Il-Kook PARK,Dae-In KIM,Jonathan J. FONG and Daesik PARK.Home Range Size and Overlap of the Small Nocturnal Schlegel’s Japanese Gecko (Gekko japonicus), Introduced into a City Park in Korea[J].Asian Herpetological Research(AHR),2019,10(4):261-269.[doi:10.16373/j.cnki.ahr.190010]
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Home Range Size and Overlap of the Small Nocturnal Schlegel’s Japanese Gecko (Gekko japonicus), Introduced into a City Park in Korea
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Asian Herpetological Research[ISSN:2095-0357/CN:51-1735/Q]

Issue:
2019 VoI.10 No.4
Page:
261-269
Research Field:
Publishing date:
2019-12-25

Info

Title:
Home Range Size and Overlap of the Small Nocturnal Schlegel’s Japanese Gecko (Gekko japonicus), Introduced into a City Park in Korea
Author(s):
Il-Kook PARK1 Dae-In KIM1 Jonathan J. FONG2 and Daesik PARK3*
1 Department of Biology, Kangwon National University, Chuncheon, Kangwon 24341, South Korea
2 Science Unit, Lingnan University, Tuen Mun, New Territories, Hong Kong, China
3 Division of Science Education, Kangwon National University, Chuncheon, Kangwon 24341, South Korea
Keywords:
radio telemetry invasive species territory lizard Korea
PACS:
-
DOI:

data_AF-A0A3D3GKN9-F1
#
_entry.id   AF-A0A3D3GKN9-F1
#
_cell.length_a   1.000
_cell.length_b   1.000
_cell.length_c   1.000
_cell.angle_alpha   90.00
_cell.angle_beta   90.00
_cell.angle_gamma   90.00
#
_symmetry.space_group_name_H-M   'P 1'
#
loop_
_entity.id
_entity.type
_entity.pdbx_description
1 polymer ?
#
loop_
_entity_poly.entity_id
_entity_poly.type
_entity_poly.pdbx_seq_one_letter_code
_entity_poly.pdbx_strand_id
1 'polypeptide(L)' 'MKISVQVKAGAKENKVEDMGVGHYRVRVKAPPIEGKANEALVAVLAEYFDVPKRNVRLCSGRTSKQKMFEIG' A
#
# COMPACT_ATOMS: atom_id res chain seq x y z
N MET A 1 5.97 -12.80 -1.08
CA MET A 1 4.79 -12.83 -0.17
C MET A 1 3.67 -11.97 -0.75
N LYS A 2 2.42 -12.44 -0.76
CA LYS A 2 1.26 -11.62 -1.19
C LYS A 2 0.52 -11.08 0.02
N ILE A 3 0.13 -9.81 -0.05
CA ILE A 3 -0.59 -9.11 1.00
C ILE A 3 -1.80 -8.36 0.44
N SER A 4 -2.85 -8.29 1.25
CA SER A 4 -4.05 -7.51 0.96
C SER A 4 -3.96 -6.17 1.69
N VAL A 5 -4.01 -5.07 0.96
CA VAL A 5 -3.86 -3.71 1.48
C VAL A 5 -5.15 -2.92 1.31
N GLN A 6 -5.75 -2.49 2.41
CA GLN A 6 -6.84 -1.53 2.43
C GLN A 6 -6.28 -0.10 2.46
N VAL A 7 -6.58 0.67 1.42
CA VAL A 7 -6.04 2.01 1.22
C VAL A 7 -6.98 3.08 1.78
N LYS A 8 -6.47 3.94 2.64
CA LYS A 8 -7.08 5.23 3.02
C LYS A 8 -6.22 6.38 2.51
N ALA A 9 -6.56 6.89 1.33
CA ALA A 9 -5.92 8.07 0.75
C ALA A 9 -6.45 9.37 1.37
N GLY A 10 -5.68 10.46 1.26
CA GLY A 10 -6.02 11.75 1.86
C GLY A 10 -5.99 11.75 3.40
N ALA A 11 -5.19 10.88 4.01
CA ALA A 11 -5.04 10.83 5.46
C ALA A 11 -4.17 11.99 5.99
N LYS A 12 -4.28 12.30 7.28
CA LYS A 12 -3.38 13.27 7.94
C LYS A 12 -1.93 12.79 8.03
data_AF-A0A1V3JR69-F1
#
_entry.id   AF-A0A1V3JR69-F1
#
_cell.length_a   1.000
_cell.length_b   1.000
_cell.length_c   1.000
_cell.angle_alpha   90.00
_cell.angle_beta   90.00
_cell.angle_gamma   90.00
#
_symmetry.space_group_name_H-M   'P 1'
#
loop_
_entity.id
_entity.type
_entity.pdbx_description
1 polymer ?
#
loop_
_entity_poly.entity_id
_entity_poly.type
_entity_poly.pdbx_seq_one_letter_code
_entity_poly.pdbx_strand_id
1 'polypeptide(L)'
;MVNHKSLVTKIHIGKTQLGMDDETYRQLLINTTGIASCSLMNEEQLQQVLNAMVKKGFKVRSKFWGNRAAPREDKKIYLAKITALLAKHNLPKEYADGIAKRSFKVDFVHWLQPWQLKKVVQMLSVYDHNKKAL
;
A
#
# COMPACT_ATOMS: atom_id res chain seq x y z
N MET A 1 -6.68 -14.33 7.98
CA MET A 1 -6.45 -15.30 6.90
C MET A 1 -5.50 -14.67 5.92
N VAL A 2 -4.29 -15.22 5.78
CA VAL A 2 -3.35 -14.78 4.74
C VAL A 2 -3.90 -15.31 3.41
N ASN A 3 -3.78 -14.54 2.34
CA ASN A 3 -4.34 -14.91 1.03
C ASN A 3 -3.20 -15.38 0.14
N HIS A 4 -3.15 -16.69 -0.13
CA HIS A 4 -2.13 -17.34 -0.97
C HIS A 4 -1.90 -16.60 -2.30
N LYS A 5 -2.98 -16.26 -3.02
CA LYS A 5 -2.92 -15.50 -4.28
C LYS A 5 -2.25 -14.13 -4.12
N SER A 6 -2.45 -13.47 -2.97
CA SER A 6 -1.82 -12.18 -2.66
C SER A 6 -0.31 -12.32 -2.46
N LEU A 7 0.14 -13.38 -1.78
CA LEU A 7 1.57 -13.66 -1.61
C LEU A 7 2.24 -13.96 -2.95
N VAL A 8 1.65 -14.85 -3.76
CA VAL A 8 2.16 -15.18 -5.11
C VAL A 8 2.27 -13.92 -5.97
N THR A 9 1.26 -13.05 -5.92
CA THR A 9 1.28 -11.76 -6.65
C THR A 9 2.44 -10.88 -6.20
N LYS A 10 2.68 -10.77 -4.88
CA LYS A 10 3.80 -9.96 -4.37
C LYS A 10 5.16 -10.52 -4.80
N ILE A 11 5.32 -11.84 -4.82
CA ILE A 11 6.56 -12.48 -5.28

10.16373/j.cnki.ahr.190010
Abstract:
Studying the home range of an organism is important in understanding its ecology. Due to being cryptic, few studies have been conducted on the home range studies of small, nocturnal geckos. We conducted radio-tracking surveys for 23 individuals to estimate the home range size and home range overlap of the Schlegel’s Japanese gecko (Gekko japonicus) previously introduced into a suburban city park. Individuals were commonly found in artificial structures (buildings and accessory structures) and on nearby natural trees. Daily moved distance was positively correlated with home range size. Minimum convex polygon (MCP) home range was 97.8 m2 for females and 99.5 m2 for males, on average. Gekko japonicus moved farther daily distances and used wider MCP and Kernel 95 home ranges in breeding season compared to non-breeding season, while the size of Kernel 50 home range did not differ between seasons. Both daily moved distance and home range size were not significantly different between sexes. In the breeding season, MCP and Kernel 50 home ranges of each gecko overlapped with 32.4% and 13.8% of remaining geckos, respectively. Our results not only show that 1) G. japonicus uses both artificial structures and adjacent natural trees as microhabitat, but also suggest that 2) G. japonicus is non-territorial, but has a core habitat that is shared with few other individuals, and 3) the reproductive system of G. japonicus is polygamous.

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Last Update: 2019-12-19